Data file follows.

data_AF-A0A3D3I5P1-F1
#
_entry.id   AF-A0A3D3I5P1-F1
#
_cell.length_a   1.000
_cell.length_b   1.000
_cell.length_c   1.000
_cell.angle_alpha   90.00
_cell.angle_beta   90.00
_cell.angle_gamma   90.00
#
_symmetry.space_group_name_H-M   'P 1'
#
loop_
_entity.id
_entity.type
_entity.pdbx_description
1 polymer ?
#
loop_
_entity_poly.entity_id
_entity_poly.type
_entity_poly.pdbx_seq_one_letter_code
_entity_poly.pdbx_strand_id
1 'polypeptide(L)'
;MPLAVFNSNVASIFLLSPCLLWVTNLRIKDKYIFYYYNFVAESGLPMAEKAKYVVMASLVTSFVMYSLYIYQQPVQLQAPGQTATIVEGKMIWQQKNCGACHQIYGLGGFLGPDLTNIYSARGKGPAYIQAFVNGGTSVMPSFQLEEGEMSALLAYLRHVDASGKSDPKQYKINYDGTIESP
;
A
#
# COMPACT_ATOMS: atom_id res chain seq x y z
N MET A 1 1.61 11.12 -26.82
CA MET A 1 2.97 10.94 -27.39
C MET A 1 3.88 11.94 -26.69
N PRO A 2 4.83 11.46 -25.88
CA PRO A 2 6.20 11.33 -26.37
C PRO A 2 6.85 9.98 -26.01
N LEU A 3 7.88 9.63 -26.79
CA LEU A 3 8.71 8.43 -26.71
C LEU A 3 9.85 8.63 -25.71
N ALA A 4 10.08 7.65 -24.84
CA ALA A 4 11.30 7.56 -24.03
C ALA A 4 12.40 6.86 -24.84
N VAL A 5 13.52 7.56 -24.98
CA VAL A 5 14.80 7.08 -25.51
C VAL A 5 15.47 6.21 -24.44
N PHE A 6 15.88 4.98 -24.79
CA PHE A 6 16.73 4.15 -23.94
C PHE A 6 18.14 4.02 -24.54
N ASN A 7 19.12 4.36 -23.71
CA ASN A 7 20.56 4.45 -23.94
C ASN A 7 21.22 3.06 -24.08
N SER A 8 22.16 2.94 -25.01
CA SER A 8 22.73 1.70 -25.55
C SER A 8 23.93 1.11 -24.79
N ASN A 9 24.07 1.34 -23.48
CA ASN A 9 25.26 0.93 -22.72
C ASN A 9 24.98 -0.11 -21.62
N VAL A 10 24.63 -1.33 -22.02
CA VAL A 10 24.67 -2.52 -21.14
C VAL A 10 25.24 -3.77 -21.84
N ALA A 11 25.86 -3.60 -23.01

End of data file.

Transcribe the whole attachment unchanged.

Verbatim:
data_AF-A0A3D3I5P1-F1
#
_entry.id   AF-A0A3D3I5P1-F1
#
_cell.length_a   1.000
_cell.length_b   1.000
_cell.length_c   1.000
_cell.angle_alpha   90.00
_cell.angle_beta   90.00
_cell.angle_gamma   90.00
#
_symmetry.space_group_name_H-M   'P 1'
#
loop_
_entity.id
_entity.type
_entity.pdbx_description
1 polymer ?
#
loop_
_entity_poly.entity_id
_entity_poly.type
_entity_poly.pdbx_seq_one_letter_code
_entity_poly.pdbx_strand_id
1 'polypeptide(L)'
;MPLAVFNSNVASIFLLSPCLLWVTNLRIKDKYIFYYYNFVAESGLPMAEKAKYVVMASLVTSFVMYSLYIYQQPVQLQAPGQTATIVEGKMIWQQKNCGACHQIYGLGGFLGPDLTNIYSARGKGPAYIQAFVNGGTSVMPSFQLEEGEMSALLAYLRHVDASGKSDPKQYKINYDGTIESP
;
A
#
# COMPACT_ATOMS: atom_id res chain seq x y z
N MET A 1 1.61 11.12 -26.82
CA MET A 1 2.97 10.94 -27.39
C MET A 1 3.88 11.94 -26.69
N PRO A 2 4.83 11.46 -25.88
CA PRO A 2 6.20 11.33 -26.37
C PRO A 2 6.85 9.98 -26.01
N LEU A 3 7.88 9.63 -26.79
CA LEU A 3 8.71 8.43 -26.71
C LEU A 3 9.85 8.63 -25.71
N ALA A 4 10.08 7.65 -24.84
CA ALA A 4 11.30 7.56 -24.03
C ALA A 4 12.40 6.86 -24.84
N VAL A 5 13.52 7.56 -24.98
CA VAL A 5 14.80 7.08 -25.51
C VAL A 5 15.47 6.21 -24.44
N PHE A 6 15.88 4.98 -24.79
CA PHE A 6 16.73 4.15 -23.94
C PHE A 6 18.14 4.02 -24.54
N ASN A 7 19.12 4.36 -23.71
CA ASN A 7 20.56 4.45 -23.94
C ASN A 7 21.22 3.06 -24.08
N SER A 8 22.16 2.94 -25.01
CA SER A 8 22.73 1.70 -25.55
C SER A 8 23.93 1.11 -24.79
N ASN A 9 24.07 1.34 -23.48
CA ASN A 9 25.26 0.93 -22.72
C ASN A 9 24.98 -0.11 -21.62
N VAL A 10 24.63 -1.33 -22.02
CA VAL A 10 24.67 -2.52 -21.14
C VAL A 10 25.24 -3.77 -21.84
N ALA A 11 25.86 -3.60 -23.01